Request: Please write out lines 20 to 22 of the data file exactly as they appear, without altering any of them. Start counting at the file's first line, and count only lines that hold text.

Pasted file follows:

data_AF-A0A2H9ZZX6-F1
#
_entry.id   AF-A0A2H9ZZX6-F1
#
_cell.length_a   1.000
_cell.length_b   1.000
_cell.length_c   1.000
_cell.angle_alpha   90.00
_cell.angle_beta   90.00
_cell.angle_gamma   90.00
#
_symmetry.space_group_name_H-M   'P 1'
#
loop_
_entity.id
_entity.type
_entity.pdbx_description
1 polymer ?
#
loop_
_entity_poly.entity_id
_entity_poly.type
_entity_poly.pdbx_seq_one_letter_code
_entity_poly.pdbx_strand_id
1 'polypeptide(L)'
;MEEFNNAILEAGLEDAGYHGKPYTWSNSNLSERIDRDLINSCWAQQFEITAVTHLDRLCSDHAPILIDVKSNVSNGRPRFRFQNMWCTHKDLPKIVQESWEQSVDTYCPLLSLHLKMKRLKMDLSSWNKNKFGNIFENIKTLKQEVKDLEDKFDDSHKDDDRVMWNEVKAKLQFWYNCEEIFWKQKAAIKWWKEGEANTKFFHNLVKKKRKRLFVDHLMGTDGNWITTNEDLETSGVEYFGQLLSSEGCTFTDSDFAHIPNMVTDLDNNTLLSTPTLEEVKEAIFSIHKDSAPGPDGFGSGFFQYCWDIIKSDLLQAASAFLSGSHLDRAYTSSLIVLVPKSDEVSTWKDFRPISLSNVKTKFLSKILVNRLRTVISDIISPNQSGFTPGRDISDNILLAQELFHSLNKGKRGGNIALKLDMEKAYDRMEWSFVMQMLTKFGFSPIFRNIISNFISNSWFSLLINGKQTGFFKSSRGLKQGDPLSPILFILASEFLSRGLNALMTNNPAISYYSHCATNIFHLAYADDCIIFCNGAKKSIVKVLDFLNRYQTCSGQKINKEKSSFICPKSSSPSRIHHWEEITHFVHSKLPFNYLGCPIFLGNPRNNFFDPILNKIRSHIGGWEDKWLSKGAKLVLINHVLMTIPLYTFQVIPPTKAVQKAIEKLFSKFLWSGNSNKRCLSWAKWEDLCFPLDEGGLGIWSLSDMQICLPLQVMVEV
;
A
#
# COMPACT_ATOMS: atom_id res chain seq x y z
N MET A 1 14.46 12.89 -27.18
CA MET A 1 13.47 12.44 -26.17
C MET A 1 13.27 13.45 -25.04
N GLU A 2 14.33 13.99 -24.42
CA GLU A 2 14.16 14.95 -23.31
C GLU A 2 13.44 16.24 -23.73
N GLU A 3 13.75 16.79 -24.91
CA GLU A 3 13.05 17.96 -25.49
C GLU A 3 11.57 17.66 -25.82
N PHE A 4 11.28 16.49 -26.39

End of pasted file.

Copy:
loop_
_entity_poly.entity_id
_entity_poly.type